In her remarkable life, Margaret Thatcher achieved what Hillary Rodham Clinton still wants (or at least what the pundits say she wants): She became the first female leader of her country, and she did it in such a determined way that her sex was almost an afterthought.
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In many respects, the two women are profoundly different. Thatcher, who died Monday at 87, was a self-described "conviction politician" and arch-conservative who channeled Milton Friedman and bonded fiercely with "Ronnie" Reagan, her great pal and partner on the world stage as the Cold War came to an end. Oddly enough, she and Reagan personally even came to a similar end: suffering, in their old age, Alzheimer's dementia. And Thatcher became as much of a myth-shrouded icon to conservatives in her country as Reagan has been to America's.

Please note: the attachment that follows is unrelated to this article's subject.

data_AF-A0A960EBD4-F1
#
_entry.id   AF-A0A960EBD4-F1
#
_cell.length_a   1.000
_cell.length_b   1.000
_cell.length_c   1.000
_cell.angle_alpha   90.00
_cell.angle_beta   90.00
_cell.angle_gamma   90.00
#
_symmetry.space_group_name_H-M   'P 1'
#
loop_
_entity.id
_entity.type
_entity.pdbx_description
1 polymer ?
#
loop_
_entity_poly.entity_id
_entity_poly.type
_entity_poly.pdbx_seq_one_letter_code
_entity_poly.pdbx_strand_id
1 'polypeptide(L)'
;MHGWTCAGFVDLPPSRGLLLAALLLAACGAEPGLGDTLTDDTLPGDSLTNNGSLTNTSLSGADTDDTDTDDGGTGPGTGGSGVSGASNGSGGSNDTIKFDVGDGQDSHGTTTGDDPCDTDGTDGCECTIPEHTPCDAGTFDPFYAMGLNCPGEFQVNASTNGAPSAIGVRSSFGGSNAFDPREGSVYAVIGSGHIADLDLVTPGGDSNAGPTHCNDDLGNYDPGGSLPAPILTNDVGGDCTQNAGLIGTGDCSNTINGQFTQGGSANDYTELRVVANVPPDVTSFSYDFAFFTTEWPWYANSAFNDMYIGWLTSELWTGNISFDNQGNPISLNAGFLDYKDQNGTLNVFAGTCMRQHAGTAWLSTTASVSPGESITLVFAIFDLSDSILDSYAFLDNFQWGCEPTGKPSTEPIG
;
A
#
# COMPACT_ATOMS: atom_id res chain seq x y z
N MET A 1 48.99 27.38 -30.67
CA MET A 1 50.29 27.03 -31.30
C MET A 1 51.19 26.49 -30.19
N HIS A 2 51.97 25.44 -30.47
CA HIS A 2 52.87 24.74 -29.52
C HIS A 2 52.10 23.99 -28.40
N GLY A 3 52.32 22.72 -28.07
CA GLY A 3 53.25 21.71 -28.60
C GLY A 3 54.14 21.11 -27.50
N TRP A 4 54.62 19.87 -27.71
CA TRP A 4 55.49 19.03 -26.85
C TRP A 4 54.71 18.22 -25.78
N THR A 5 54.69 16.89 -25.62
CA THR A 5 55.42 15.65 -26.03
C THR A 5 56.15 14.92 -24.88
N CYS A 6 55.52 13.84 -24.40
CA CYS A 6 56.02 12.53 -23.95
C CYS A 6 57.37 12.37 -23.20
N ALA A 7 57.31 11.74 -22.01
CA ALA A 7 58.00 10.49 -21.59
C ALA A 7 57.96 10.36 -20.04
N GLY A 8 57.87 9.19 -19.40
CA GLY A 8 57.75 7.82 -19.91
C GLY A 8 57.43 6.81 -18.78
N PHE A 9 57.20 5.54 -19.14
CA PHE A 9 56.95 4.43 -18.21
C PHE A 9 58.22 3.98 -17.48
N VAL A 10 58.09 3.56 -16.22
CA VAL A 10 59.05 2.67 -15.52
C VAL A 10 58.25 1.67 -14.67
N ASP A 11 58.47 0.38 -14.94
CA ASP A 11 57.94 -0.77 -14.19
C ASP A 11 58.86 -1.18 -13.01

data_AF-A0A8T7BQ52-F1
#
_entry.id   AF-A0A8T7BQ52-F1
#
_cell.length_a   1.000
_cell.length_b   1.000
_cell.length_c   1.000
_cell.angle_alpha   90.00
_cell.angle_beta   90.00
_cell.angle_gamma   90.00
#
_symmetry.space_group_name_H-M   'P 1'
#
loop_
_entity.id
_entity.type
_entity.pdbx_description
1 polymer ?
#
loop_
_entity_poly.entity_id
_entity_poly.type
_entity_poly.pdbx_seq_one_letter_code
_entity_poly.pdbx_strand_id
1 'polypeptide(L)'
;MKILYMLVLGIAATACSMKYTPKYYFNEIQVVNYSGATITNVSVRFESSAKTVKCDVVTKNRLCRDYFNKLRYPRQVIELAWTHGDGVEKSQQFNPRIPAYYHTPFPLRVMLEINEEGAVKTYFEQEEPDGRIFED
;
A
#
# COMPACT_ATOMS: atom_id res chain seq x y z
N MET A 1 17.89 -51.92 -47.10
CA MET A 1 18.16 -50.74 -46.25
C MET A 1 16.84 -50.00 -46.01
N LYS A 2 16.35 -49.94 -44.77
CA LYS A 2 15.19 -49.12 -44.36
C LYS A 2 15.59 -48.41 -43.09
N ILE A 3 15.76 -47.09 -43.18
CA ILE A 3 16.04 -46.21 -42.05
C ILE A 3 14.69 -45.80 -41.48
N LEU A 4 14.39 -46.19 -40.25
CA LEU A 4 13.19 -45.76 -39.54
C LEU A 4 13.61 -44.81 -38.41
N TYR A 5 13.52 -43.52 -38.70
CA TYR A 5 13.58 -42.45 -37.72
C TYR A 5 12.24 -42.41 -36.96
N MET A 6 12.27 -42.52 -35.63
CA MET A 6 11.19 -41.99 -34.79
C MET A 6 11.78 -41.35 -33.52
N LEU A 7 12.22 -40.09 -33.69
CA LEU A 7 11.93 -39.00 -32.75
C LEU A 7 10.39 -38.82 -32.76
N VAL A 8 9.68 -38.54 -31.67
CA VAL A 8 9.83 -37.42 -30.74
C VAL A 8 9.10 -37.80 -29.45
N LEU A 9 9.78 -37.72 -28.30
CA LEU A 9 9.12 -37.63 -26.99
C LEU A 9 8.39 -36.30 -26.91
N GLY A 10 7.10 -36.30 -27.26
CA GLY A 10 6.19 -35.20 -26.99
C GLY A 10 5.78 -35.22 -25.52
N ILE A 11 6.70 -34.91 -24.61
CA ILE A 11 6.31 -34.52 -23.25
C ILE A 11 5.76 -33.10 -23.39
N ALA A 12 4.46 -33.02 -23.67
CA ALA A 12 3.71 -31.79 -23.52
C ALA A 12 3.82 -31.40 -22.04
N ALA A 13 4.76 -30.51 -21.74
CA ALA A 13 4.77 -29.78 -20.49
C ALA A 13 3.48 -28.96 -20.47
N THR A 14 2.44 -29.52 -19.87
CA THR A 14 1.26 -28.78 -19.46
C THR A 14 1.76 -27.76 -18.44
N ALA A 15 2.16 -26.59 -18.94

Clinton, of course, has been known through most of her political career as an unabashed liberal; many conservatives still have not forgiven her for her ambitious 1993 proposal to provide universal health care, the liberal bookend to today's much-criticized Obamacare law. And unlike Thatcher, who while never denying her womanhood appeared to stride past it, Clinton has made women's rights her signature issue around the world. It was no accident last week when, in the first speeches she has given since leaving her job as secretary of State, Clinton appeared at two different forums with a singular message: "Let's keep telling the world over and over again that yes, women's rights are human rights and human rights are women's rights once and for all," she said at the Women in the World summit in New York.